Adult Chris: [v.o.] My father always worked two jobs, which made my mother so comfortable, she'd quit her job over anything.
[flashback to Rochelle as a waitress:]
Woman: Check, please?
Adult Chris: [v.o.] And I mean anything.
Rochelle: Now, do I look like I have your check? All that hollering at people. I don't need this. My husband has two jobs. I don't need to be here right now.
[flashback to Rochelle as a receptionist:]
Man: Hold my calls.
Rochelle: Who are you hollering at? "Hold my calls." Hold your own damn call! I do not need this! My man has two jobs!
Julius: I know you're not gonna threw that away. Eat that. That's 30 cents worth of oatmeal.
Adult Chris: [v.o.] My father always knew what everything costs.
Julius: [retrieving a chicken wing from the trash] That's $1.09 in the trash.
Julius: [next to a tray of burnt biscuits] That's $2 on fire.
Julius: That's 49 cents of spilled milk dripping all over my table. Somebody's gonna drink this milk.
Rochelle: I went to the beauty parlor and found out I lost $10. And Vanessa, my so-called friend, would only curl half my hair. Did you see my money laying around here somewhere?
Adult Chris: [v.o.] Here's how that sounded to my father.
Rochelle: I went to the beauty parlor and discovered that I lost my $10. [garbled babbling] Wa-wa-wa-wa-wa-wa-wa.
Julius: You lost $10? That's $10 worth of dollars.
Julius: Well, what's the job?
Mr. Omar: Well, my assistant died today.
Julius: Oh, no. What happened?
Mr. Omar: Well, he went to a dollar theater to watch the movie Airplane, when ironically, a chemical toilet fell out of an airplane, crashed through the roof and crushed him. Tragic. Tragic!
Mr. Omar: You hit on 17?
Adult Chris: [v.o.] What Mr. Omar didn't know was that when it came to numbers, Drew was like my father.
Drew: Wow, that's 562,002 granules of sugar.
Drew: Wow, that's 357,000 raindrops.
Drew: Wow, that's one cupcake.
Mr. Perkins: Can I have their fathers' names?
Rochelle: Ju...? Their fathers? No, no, no. They have one father.
Mr. Perkins: Do you know his name?
Rochelle: Where are you getting this information?
Adult Chris: [v.o.] I'll tell you where he's getting it.
[flashback: Ms. Morello addresses the camera in her class room:]
Ms. Morello: Unfortunately, I think Chris is a crack baby. The mother's a little delusional. Her brain is addled by years of drug abuse and cheap wine spo-dee-o-dee. She's actually convinced herself that she has a husband who works two jobs and that they own a house in the ghetto. You can't believe a word she says. [drinks chocolate milk]
Chris: It wasn't me. I go to Corleone Junior High. I got the cookies from school, and I'm just selling them so I can go on some trip to Washington, DC. And I did not steal them. I was just saying that so people would want to buy them.
Russo: You go to Corleone? What are you the only Black kid there? Nice try. There was an eyewitness, and you fit the profile, cookie boy.
Adult Chris: [v.o.] I may have only been 13, but I already knew how racial profiling worked. This is what the witness said...
Man: He was a Black male, medium complexion, about 6'4, 230 pounds. He had brown eyes. Um, he was wearing a Scout uniform with a yellow beanie, and he had on dark pants, and size 14 dark shoes. And, uh, a birthmark on the back of his left wrist. Oh, and... And he walked with a limp.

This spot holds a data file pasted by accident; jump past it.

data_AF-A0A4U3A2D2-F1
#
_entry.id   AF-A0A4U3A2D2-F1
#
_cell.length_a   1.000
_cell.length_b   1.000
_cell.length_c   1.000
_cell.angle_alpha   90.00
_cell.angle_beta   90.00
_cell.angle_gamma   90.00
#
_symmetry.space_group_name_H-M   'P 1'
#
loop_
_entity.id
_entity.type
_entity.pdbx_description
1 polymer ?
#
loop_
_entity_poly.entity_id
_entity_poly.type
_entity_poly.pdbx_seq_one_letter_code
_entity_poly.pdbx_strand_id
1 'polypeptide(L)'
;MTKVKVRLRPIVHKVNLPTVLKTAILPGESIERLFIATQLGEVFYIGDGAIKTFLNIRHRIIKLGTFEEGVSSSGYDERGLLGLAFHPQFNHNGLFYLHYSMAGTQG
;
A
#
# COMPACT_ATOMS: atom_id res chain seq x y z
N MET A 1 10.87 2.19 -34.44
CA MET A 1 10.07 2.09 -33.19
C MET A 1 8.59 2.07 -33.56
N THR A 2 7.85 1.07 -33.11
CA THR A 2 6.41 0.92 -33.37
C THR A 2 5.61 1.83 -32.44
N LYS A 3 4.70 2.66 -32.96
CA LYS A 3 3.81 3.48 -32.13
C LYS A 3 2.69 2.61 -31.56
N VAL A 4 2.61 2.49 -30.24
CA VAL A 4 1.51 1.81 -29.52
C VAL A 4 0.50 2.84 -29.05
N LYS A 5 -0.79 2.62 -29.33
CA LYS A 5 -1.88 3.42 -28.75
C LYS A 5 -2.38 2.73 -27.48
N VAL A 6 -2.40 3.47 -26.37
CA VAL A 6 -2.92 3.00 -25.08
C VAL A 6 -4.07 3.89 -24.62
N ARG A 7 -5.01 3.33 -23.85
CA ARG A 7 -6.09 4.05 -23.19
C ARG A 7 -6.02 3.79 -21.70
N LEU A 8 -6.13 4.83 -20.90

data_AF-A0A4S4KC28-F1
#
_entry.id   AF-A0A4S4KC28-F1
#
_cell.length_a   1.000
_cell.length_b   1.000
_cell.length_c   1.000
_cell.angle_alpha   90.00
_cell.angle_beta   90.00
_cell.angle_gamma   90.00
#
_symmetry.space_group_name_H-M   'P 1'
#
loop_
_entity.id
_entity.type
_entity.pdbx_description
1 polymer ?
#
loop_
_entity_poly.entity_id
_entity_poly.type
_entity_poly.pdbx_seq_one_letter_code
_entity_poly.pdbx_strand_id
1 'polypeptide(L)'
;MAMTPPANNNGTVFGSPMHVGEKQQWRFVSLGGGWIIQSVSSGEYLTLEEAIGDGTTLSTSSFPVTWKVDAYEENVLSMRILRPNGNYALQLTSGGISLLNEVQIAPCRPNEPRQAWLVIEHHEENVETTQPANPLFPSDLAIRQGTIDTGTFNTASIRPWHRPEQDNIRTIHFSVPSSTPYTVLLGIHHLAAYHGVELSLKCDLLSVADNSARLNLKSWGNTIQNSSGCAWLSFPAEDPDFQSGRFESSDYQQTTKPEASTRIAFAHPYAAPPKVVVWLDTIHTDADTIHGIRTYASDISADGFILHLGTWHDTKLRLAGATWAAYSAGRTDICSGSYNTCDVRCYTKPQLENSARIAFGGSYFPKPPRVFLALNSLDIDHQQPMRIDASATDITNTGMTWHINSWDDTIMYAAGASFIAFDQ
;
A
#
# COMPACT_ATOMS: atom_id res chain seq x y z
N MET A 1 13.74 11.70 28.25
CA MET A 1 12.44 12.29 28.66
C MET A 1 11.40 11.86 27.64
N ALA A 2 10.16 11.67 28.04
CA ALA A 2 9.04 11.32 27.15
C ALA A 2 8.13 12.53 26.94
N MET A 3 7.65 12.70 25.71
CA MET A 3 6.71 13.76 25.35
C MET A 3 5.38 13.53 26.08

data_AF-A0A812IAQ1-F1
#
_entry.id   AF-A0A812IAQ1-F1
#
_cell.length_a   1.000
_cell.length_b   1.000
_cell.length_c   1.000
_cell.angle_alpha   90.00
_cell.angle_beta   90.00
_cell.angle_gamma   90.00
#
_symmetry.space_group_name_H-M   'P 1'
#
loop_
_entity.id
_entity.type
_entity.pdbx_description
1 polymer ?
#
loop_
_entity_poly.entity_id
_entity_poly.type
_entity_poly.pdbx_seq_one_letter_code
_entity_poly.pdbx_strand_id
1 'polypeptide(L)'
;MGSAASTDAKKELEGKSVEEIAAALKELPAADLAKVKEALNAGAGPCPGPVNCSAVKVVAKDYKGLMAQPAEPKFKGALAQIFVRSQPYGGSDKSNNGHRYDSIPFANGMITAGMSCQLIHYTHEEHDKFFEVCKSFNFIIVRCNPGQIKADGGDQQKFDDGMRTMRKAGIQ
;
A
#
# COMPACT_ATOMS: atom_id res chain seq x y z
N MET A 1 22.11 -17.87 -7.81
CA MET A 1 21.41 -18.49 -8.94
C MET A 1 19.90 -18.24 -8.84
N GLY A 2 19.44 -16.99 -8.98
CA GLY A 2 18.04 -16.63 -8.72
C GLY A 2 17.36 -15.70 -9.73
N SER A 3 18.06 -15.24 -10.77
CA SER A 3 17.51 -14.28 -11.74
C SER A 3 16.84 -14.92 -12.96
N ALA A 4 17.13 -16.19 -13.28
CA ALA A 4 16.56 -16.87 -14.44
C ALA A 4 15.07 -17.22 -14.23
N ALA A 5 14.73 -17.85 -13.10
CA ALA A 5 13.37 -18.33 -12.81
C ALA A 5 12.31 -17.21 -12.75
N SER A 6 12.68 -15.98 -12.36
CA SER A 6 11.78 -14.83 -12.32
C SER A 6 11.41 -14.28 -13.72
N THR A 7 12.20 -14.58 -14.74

Adult Chris: [v.o.] But this is what the cop heard...
Man: Um, he was Black, and, uh, Black, Black, and Black. Um, Black, Black, and he Black, Black, Black, Black, Black, Black. And, uh, he had, uh, Black, Black, Black, Black. And, oh, a Black. Yeah. And, uh, he walked with a Black.
Chris: I was hoping you could give me an allowance.
Adult Chris: [v.o.] I know it sounded like an innocent enough question, but here's what he heard.
Chris: Since you work like a slave all day and don't have any time to enjoy your own money, can I have it?
Julius: I'm not giving you money for walking around doing nothing. An allowance? I'll allow you to sleep here at night. I'll allow you to eat them potatoes. I'll allow you to use my lights. I'll allow you to drink my Kool-Aid. I'll allow you to nibble on them green beans. I'll allow you to look at that TV. I'll allow you to run up my gas bill. I'll allow you to walk up my stairs. I'll allow you to ask me these ridiculous-ass questions. Why should I give you an allowance when I already paid for everything you do? Who you know that gets an allowance? Huh? I'm finished.
Chris: I was talking to Greg and he said that he gets five dollars a week.
Julius: Sounds like Greg's doing better than me. Ask him for an allowance. You want to buy a leather coat, you need to get a leather-coat job.
Man: So we all bought houses on the Vineyard. Ah, let me tell you, weekends at the Inkwell in the summer are amazing.
Julius: Oh, really? So you bought another house, in another state, so you can get in the car with your wife and kids and drive eight hours so you can hang out with the same people you hang out with during the week? That is amazing.
Drew: I don't know how you can stand being around all those dead people.
Julius: I love it. It makes you realize that life is short. Anything can happen at any time. A toilet could fall out of the sky and crush you. A bus door could clamp on your neck and choke you. A poisonous lizard could escape from the zoo and bite you. You could fall off a bridge and drown. [3 hours later] And you could trip and fall in front of a power mower and be decapitated. [1:00 a.m.] [on the phone] You could be smoking a cigarette and blow up while siphoning 65 cents worth of glass. And you could eat some bad coleslaw and get diarrhea and die of dehydration. [the next morning] You could step in a puddle and be electrocuted by a downed wire. You could blow your nose and startle a cat with rabies...
Rochelle: Okay, okay, we get it! We can die at any time, and you're happy!
Julius: That's right.